To HK’s young artistes — be brave and hon­est

China Daily (Canada) - - HONG KONG - By SO­PHIE HE in Hong Kong so­phiehe@chi­nadai­

ex­ec­u­tive di­rec­tor of the Hong Kong Arts Fes­ti­val

Tisa Ho has been ex­ec­u­tive di­rec­tor of the Hong Kong Arts Fes­ti­val since 2006, with a burn­ing pas­sion for the per­form­ing arts.

“I only know that I love the per­form­ing arts, I love per­for­mances, some­thing mag­i­cal hap­pen­ing be­tween the stage and the au­di­ence and, some­times, when you go to those per­for­mances, in the end af­ter the last note, the last word, the last move­ment on the stage, ev­ery­body holds their breath, wait­ing to ex­hale — that’s such a per­fect mo­ment.”

She says that although she loves it so much and know­ing she’s un­likely to be a per­former, she seized the op­por­tu­nity and im­me­di­ately signed up when a

young artists. The “ter­ri­ble” part is some­thing that ev­ery­body faces all the time — there’s not enough space.

“I see young artists work­ing else­where in empty fac­to­ries, ware­houses, those places don’t ex­ist in Hong Kong, and ev­ery­where you go, be­cause there are reg­u­la­tions con­cern­ing health and safety, and fire es­cape, there’re some re­ally funky places we’ve seen that would be great fun to do some­thing there. Then, we friend told her about an art man­age­ment course in the 1970s.

Upon grad­u­a­tion, she started her ca­reer in the art man­age­ment in­dus­try, with one job lead­ing to an­other, and ul­ti­mately land­ing her in her cur­rent role at the Hong Kong Arts Fes­ti­val.

“I’ve been with the Hong Kong Arts Fes­ti­val for 10 years now. It’s a fan­tas­tic job for me.”

There are many things that are very in­ter­est­ing about man­ag­ing an art fes­ti­val, Ho says, such as how to put the pro­grams to­gether or bal­ance them as you can’t present them all. The most chal­leng­ing thing, prob­a­bly, con­cerns the fi­nances.

“This is a thing I re­ally have to fo­cus on, so I don’t get to spend as much time on the artis­tic staff as I like, but I also have a strong de­vel­op­ment man­ager and won­der­ful com­mit­tees. If there’s one method about how to make this

need to go through all the pro­cesses and, some­times, it’s just not pos­si­ble be­cause the fire es­cape is not wide enough. In that sense, Hong Kong is a ter­ri­ble place, re­ally chal­leng­ing.”

What’s good though, she be­lieves, is the sense of dy­namism, cu­rios­ity and bold­ness that pre­vails. Artists are will­ing to try any­thing, and au­di­ences are will­ing to try most of that, so that they can com­mu­ni­cate. There’s real cu­rios­ity and open­ness and, very of­ten, it’s based on very deep thing work, that will be to find the right team.”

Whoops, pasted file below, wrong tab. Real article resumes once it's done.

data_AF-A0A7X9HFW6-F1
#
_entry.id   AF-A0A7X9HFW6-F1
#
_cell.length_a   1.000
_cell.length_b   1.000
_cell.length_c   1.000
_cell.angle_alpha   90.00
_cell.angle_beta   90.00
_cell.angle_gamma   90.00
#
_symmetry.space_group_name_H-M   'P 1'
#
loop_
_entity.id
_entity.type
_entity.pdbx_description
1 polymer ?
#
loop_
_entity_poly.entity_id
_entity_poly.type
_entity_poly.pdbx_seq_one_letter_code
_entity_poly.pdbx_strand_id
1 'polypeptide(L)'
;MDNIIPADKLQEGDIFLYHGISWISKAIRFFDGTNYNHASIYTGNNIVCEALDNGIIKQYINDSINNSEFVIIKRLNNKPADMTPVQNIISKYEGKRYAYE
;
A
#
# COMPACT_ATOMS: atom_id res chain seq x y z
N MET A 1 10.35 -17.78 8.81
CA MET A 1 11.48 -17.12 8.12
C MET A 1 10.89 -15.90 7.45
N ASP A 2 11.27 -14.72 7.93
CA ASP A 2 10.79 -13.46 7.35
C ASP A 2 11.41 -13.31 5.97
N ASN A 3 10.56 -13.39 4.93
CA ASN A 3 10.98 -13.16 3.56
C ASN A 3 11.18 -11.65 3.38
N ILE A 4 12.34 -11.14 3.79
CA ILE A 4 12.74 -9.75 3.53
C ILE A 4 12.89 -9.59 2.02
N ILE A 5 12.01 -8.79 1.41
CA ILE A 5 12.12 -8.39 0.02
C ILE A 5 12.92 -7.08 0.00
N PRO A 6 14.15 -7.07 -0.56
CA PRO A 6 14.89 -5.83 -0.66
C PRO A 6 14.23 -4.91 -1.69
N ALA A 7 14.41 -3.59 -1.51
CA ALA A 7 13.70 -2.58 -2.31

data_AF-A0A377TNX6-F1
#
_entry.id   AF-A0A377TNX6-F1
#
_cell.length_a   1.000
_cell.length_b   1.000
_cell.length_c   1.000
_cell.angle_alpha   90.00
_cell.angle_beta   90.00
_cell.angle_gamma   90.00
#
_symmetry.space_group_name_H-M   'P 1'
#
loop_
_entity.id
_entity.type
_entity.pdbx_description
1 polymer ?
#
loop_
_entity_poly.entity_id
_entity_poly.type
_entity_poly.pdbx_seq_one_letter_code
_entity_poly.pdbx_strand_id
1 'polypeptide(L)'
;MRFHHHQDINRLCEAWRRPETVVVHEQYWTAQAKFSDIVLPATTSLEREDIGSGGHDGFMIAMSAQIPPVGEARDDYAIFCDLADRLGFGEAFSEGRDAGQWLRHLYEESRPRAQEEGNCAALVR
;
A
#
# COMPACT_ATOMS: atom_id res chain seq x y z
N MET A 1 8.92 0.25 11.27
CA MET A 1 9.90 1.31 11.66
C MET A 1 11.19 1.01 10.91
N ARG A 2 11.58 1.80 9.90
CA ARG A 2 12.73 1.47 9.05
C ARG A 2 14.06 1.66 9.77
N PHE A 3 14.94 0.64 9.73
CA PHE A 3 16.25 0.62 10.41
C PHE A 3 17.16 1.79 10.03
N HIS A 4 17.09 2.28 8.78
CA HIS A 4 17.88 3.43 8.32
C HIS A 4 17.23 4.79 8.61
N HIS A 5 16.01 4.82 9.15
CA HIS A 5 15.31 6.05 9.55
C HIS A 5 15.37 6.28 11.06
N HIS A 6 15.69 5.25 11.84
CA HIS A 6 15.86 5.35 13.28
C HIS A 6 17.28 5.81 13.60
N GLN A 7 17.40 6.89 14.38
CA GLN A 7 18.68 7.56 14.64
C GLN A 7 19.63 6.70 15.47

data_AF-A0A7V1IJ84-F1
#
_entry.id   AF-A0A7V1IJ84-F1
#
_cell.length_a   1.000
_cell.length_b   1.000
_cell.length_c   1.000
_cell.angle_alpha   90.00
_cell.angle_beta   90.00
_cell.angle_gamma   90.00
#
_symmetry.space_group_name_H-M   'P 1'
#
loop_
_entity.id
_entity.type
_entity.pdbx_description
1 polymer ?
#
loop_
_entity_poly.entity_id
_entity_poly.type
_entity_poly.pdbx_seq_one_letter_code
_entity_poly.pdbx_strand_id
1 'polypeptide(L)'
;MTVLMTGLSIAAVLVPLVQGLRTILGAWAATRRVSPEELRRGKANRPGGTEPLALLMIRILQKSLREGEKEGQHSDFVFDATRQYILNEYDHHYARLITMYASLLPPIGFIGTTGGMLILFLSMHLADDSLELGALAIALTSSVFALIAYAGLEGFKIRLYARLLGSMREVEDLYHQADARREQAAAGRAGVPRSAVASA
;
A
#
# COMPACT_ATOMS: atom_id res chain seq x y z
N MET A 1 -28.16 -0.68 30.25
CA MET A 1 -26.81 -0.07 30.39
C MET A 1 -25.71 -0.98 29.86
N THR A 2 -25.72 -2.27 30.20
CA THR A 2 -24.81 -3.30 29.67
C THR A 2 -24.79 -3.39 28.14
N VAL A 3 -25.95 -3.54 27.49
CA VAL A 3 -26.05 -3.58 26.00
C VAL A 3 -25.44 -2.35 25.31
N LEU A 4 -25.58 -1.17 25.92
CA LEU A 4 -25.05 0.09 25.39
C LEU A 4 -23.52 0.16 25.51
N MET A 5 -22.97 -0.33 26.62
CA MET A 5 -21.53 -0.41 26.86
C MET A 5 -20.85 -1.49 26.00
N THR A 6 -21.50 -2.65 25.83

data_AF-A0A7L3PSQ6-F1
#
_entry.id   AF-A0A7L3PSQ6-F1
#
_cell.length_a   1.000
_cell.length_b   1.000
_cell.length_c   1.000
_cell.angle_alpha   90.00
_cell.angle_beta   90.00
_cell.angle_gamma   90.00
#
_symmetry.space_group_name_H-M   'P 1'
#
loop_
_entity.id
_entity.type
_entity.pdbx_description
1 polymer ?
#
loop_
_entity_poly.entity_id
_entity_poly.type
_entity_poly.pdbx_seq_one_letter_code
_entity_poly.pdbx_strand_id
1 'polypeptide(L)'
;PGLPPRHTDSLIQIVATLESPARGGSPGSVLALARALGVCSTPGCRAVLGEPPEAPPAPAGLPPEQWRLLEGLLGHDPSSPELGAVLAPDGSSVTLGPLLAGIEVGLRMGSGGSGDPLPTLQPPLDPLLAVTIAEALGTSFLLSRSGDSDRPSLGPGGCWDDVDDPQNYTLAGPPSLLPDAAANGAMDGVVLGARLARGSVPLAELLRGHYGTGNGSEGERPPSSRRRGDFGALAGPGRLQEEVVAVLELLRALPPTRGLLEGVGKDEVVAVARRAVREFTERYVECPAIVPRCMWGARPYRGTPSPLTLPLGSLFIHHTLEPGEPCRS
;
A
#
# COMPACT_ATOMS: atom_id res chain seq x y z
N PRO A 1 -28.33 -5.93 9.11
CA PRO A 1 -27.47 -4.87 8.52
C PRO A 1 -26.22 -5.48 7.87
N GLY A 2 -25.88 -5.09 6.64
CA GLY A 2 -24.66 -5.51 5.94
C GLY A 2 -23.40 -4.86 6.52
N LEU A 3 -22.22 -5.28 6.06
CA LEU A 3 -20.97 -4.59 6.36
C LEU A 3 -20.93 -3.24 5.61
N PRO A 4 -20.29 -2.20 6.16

In her daily rou­tine, Ho says she doesn’t need to mo­ti­vate her staff.

“I think we all agree, we re­ally love what we do. If you hate the per­form­ing arts, it would be a re­ally hard place for you to work, so when new re­cruits come in, I of­ten ask them: What do you like to do af­ter of­fice hours? If you think go­ing to a show af­ter a hard day’s work is a bur­den, then you prob­a­bly won’t be very happy here. But, if at the end of the day, af­ter all the pa­per work, it’ll make a big dif­fer­ence if you say you’ll go to a con­cert or see a show.”

She says this is ac­tu­ally what hap­pens to her and her col­leagues — when they rush out of work ev­ery night, she of­ten meets them in the con­cert hall or theater and, the next day,

un­der­stand­ing of the tra­di­tion, so it’s a great place for in­no­va­tion.

Ho re­calls that sev­eral years ago, the fes­ti­val be­gan pro­duc­ing its own work. Be­sides invit­ing work and artists, it cre­ated its own pro­duc­tions from scratch. Some of the works have been very suc­cess­ful, some have re-runs, some even found their way to the Chi­nese main­land and over­seas.

Go­ing for­ward, Ho sees this some­thing of great value that should be added to the arts they will get to­gether and dis­cuss it.

Ho stresses she and her col­leagues are very proud of the high qual­ity of the fes­ti­val. If any­thing falls short of the qual­ity they had ex­pected, they would be very dis­ap­pointed. So, ev­ery­one in the or­ga­ni­za­tion works very hard to make sure that such top qual­ity can be main­tained. And, if they do make the grade, that will be the best mo­ti­va­tion for them.

Ho has this ad­vice for Hong Kong’s young artists: Be brave and hon­est.

“Be re­ally hon­est with your­self and with ev­ery­body else about what is it you want, and where you are go­ing. And, it should be very clear about what your mo­ti­va­tions and ca­pa­bil­i­ties are.”

Af­ter all, it takes courage to face all that and be hon­est with your­self, she adds.


“These fan­tas­tic art works in Hong Kong de­serve to be seen by a big­ger pub­lic au­di­ence. For in­stance, we’ve done dance pieces this year, break dance, very Hong Kong, very pos­i­tive, the dancers are so great. There are so many venues on the Chi­nese main­land, and I hope they can per­form in a good num­ber of those venues. So, this is a di­rec­tion I would like to de­velop.”

Con­tact the writer at so­phiehe@chi­nadai­


Tisa Ho be­lieves that Hong Kong is the right place for in­no­va­tion with real cu­rios­ity and open­ness and a deep un­der­stand­ing of the tra­di­tions. Tisa Ho,

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